from The American Heritage® Dictionary of the English Language, 5th Edition.

  • adjective Of or resembling a serpent, as in form or movement; sinuous.
  • adjective Subtly sly and tempting.
  • adjective Relating to or derived from serpentine or soil containing serpentine.
  • noun Any of a group of greenish, brownish, or spotted minerals, Mg3Si2O5(OH)4, used as a source of magnesium and asbestos, and in architecture as a decorative stone.

from The Century Dictionary.

  • To wind like a serpent; move sinuously like a snake; meander; wriggle.
  • noun In mathematics: The surface generated by a sphere whose center travels along a helix.
  • noun A special curve of the third order.
  • Of or pertaining to or resembling a serpent.
  • Especially—
  • Having or resembling the qualities or instincts ascribed to serpents; subtle; cunning; treacherous or dangerous.
  • Moving like a serpent; winding about; writhing; wriggling; meandering; coiling; crooked; bent; tortuous; sinuous; zigzag; anfractuous; specifically, in the manège, lolling out and moving over the bit, as a horse's tongue.
  • Beginning and ending with the same word, as a line of poetry, as if returning upon itself. See serpentine verse.
  • noun In French usage, part of the lock of an early form of harquebus; a match-holder, resembling a pair of nippers, which could be brought down upon the powder in the pan.
  • noun A cannon in use in the sixteenth century. The serpentine proper is described as having a bore of 1½ inches, and the cannon serpentine as having a bore of 7 inches and a shot of 53½ pounds. Compare organ-gun.
  • noun A kind of still; a serpentary.
  • noun A hydrous silicate of magnesium, occurring massive, sometimes fine, granular, and compact, again finely fibrous, less often slaty.

from the GNU version of the Collaborative International Dictionary of English.

  • noun (Min.) A mineral or rock consisting chiefly of the hydrous silicate of magnesia. It is usually of an obscure green color, often with a spotted or mottled appearance resembling a serpent's skin. Precious, or noble, serpentine is translucent and of a rich oil-green color.
  • noun (Ordnance) A kind of ancient cannon.
  • intransitive verb rare To serpentize.
  • adjective Resembling a serpent; having the shape or qualities of a serpent; subtle; winding or turning one way and the other, like a moving serpent; anfractuous; meandering; sinuous; zigzag.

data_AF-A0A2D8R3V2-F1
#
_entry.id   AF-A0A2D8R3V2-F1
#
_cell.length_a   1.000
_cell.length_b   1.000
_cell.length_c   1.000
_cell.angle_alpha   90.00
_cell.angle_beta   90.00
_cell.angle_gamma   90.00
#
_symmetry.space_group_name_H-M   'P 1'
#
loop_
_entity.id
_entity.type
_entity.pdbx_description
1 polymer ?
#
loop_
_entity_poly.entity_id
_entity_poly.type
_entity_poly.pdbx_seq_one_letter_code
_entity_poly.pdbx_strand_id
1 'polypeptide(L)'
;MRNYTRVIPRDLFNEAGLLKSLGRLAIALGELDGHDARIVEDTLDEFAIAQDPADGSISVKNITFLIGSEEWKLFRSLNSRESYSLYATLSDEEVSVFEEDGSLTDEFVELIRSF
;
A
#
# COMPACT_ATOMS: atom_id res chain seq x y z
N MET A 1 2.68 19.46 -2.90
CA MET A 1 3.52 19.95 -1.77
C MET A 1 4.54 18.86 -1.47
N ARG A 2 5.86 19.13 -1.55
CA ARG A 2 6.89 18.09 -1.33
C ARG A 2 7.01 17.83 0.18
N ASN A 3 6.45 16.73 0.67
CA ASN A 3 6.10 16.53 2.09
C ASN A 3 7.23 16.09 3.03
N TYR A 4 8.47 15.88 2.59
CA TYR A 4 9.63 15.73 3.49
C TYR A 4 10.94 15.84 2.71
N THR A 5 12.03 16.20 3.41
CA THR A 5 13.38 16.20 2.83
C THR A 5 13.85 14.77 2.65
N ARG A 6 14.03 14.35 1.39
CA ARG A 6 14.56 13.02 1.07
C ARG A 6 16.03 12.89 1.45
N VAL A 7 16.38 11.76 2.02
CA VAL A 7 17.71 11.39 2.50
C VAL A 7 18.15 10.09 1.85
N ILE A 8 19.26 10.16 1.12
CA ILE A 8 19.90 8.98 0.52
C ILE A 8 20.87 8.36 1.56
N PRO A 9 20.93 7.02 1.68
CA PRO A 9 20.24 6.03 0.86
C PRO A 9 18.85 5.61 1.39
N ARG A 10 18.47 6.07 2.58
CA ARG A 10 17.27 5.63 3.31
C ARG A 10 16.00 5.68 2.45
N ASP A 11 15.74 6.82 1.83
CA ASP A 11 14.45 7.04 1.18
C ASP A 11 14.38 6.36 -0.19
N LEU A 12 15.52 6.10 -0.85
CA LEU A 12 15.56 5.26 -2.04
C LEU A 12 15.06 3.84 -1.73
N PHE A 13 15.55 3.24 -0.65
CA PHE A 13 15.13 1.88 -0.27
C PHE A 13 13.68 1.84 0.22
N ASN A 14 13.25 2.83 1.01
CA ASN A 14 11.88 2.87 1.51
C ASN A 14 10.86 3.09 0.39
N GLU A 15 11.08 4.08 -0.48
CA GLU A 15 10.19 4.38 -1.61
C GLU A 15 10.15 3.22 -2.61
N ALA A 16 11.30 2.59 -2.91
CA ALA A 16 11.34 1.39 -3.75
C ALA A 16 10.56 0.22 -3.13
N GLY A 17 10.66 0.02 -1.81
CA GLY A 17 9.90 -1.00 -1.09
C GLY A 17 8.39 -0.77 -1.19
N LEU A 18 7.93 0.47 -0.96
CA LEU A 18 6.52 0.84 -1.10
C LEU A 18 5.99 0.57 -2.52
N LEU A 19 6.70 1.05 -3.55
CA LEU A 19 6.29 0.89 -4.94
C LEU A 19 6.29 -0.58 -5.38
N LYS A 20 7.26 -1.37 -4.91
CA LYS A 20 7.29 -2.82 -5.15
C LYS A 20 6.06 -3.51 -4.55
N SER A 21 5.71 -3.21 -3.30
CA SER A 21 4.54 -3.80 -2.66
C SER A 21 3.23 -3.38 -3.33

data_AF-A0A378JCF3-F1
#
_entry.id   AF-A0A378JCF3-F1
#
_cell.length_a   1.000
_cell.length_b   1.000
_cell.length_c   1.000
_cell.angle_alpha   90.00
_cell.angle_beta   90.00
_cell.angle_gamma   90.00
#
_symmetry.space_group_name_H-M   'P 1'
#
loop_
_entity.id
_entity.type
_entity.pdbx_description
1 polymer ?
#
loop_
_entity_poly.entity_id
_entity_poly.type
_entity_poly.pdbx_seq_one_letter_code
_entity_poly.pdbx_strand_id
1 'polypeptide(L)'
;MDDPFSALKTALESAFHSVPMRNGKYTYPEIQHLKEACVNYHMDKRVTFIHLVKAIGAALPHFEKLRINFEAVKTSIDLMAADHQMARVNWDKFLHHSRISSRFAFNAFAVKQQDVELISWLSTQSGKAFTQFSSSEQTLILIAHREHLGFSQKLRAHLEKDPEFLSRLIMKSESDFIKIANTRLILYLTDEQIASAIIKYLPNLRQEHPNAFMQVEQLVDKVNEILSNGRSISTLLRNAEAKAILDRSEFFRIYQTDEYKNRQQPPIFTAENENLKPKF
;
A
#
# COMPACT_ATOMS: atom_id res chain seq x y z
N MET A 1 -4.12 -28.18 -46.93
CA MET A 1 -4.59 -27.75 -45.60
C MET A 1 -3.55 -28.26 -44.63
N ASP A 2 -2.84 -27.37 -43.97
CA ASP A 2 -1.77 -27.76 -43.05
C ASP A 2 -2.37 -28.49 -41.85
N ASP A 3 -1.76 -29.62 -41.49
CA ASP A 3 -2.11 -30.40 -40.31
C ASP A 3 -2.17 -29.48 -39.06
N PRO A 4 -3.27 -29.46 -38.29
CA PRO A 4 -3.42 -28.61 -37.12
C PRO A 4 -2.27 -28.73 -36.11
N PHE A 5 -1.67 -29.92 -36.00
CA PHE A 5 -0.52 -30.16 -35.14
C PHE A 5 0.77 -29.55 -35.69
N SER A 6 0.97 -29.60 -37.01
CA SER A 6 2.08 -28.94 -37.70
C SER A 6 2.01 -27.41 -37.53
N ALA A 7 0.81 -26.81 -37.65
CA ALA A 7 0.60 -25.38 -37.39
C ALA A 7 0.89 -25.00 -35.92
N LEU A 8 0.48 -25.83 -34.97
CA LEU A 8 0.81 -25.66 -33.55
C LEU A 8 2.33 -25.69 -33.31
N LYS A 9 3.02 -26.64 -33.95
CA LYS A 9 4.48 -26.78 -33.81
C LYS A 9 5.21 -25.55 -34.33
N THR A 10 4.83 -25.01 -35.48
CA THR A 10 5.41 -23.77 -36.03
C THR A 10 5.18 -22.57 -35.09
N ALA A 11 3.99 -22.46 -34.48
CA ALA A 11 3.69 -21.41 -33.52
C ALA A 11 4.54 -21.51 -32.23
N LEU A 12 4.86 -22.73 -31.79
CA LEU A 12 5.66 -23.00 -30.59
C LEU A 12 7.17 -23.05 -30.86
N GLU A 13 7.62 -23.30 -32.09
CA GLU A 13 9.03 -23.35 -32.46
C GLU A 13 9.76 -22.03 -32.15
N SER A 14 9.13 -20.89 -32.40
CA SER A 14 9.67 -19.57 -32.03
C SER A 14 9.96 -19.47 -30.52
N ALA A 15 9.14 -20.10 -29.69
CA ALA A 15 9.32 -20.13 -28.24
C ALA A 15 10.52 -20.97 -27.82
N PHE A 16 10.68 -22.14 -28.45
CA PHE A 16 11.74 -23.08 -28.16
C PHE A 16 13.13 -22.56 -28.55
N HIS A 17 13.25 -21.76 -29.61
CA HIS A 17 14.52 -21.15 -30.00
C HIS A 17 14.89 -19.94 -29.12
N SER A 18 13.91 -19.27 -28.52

from Wiktionary, Creative Commons Attribution/Share-Alike License.

  • adjective Sinuous; curving in alternate directions.
  • adjective Having the shape or form of a snake.
  • adjective Of, pertaining to, or characteristic of snakes.
  • adjective Of, or having attributes associated with, the mythological serpent, such as craftiness or deceitfulness.
  • noun Any of several plants believed to cure snakebites.
  • noun An early form of cannon.
  • noun A coiled distillation tube.
  • verb archaic To serpentize; to turn or bend; to meander.
  • adjective geology, botany Of or characteristic of serpentine rocks or the plants that grow there.
  • noun mineralogy Any of several green/brown minerals consisting of a magnesium and iron silicates.
  • noun mineralogy Any of many minerals that have the same layered crystal structure.
  • noun geology An outcrop or region with soil and rock dominated by these minerals.

from WordNet 3.0 Copyright 2006 by Princeton University. All rights reserved.

  • adjective resembling a serpent in form


from The American Heritage® Dictionary of the English Language, 4th Edition

[Middle English, from Old French serpentin, from Late Latin serpentīnus, from Latin serpēns, serpent-, serpent; see serpent.]

from Wiktionary, Creative Commons Attribution/Share-Alike License

From Latin serpentīnus, from serpēns ("serpent").